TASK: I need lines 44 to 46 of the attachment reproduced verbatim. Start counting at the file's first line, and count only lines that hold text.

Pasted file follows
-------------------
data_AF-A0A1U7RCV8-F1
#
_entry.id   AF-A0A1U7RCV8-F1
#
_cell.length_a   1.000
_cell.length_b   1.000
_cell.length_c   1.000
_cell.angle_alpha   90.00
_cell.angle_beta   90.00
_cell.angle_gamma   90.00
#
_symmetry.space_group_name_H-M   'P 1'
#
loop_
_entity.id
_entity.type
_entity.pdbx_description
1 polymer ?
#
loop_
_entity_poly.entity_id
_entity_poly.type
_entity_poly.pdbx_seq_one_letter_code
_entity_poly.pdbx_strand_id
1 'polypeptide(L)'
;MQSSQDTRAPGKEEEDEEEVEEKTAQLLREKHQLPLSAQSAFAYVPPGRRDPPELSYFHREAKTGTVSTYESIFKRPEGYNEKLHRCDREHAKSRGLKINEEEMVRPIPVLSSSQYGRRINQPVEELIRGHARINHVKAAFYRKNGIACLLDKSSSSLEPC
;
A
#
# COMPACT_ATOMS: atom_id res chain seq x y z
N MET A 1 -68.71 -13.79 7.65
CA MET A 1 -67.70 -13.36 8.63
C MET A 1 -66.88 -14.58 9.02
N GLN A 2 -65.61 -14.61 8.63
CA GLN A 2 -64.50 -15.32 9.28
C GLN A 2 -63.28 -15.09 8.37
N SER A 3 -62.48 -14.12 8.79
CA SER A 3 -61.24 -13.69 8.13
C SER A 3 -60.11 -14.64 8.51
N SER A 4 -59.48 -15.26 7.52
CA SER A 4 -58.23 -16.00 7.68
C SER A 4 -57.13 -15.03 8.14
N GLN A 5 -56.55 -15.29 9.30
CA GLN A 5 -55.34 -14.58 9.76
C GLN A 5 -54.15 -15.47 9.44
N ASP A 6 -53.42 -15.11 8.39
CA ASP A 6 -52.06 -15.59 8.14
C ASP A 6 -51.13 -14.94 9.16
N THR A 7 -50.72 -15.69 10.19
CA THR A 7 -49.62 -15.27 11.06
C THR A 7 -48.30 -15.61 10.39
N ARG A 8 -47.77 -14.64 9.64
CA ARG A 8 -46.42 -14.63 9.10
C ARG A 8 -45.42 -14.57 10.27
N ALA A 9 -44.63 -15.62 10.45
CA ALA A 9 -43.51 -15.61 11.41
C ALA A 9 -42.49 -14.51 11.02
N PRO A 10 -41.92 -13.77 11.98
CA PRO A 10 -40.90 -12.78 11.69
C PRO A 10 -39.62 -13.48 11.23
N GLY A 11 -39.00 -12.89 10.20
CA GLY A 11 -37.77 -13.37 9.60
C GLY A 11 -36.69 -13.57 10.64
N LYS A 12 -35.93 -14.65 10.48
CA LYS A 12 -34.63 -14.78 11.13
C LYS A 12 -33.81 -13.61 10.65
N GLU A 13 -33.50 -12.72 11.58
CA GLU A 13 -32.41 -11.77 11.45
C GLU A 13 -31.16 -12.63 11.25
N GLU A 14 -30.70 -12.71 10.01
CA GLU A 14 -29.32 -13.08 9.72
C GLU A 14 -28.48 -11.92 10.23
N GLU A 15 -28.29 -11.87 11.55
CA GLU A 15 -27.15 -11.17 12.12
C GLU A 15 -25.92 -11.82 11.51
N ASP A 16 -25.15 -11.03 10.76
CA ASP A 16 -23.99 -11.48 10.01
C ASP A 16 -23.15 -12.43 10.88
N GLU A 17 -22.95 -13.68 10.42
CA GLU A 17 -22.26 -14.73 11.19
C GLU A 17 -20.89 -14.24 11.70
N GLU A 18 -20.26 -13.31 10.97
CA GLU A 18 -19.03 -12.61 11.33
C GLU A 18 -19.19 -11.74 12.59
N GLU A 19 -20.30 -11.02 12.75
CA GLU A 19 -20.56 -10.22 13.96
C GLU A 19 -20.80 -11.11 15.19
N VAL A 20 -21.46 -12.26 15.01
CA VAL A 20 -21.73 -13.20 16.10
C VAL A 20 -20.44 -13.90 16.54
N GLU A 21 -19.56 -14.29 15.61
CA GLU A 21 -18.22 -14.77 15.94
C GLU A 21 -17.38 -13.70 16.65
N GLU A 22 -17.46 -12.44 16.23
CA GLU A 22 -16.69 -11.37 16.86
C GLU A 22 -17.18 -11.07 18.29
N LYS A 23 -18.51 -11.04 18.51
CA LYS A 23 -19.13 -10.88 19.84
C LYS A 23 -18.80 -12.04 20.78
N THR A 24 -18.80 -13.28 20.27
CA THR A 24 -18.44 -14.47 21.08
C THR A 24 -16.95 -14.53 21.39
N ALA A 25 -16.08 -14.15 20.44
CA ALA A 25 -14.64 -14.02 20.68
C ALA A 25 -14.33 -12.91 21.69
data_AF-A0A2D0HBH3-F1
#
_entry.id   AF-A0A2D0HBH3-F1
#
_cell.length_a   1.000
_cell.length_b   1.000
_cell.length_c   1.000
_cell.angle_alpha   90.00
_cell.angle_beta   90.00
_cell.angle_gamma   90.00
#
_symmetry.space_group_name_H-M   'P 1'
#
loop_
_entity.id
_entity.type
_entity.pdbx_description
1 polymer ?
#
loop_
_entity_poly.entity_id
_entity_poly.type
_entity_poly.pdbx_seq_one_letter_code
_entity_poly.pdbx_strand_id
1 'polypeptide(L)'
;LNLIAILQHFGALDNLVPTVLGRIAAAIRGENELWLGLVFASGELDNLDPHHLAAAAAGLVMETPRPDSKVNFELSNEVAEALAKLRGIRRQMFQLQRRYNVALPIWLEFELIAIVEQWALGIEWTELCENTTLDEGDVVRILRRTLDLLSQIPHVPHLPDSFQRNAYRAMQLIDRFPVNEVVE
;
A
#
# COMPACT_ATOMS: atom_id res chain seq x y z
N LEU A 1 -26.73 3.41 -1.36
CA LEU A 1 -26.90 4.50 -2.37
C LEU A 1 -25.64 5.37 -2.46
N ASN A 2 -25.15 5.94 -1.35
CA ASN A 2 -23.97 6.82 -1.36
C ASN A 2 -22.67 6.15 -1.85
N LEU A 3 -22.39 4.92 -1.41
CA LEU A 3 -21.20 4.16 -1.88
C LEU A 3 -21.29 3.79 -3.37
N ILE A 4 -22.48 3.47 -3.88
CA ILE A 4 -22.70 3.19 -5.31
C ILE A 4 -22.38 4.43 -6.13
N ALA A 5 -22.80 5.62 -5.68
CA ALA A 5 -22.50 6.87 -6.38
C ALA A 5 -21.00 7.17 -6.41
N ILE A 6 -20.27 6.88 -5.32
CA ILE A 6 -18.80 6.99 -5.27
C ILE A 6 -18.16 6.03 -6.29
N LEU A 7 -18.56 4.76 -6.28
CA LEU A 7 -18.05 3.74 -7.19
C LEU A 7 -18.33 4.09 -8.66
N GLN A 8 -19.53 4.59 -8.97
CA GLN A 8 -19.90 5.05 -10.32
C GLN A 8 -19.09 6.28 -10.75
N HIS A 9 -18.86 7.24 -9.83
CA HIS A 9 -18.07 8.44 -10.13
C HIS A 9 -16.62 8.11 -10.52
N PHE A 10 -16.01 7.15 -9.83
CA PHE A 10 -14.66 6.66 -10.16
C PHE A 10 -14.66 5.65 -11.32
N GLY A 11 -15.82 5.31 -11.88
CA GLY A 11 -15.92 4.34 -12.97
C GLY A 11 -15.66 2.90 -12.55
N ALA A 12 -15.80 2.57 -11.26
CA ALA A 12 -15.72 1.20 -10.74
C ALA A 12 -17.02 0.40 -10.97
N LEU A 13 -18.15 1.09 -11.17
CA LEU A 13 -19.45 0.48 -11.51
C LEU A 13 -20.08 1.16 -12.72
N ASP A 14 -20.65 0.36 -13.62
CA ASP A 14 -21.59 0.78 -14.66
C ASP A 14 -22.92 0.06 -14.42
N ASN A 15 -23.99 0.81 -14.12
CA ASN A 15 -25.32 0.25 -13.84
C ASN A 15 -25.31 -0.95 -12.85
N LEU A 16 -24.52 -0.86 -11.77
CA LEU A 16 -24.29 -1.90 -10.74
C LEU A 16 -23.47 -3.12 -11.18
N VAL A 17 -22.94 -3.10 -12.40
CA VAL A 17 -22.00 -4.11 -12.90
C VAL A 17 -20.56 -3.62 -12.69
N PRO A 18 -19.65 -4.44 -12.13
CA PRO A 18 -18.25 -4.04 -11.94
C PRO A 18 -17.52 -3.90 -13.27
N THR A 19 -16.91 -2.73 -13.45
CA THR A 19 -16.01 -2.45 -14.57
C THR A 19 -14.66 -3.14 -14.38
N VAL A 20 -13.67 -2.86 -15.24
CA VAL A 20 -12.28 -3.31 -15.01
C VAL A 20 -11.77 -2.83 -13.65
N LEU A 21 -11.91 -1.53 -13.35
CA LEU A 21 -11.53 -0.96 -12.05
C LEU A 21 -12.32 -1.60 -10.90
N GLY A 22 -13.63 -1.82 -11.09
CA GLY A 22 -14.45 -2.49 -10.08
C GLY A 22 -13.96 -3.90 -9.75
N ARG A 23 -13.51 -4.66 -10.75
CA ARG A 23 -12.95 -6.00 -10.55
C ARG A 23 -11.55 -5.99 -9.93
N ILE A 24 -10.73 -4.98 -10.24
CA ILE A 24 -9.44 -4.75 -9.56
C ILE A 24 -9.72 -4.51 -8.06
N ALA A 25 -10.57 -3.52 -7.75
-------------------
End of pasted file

CA GLN A 5 -55.34 -14.58 9.76
C GLN A 5 -54.15 -15.47 9.44
N ASP A 6 -53.42 -15.11 8.39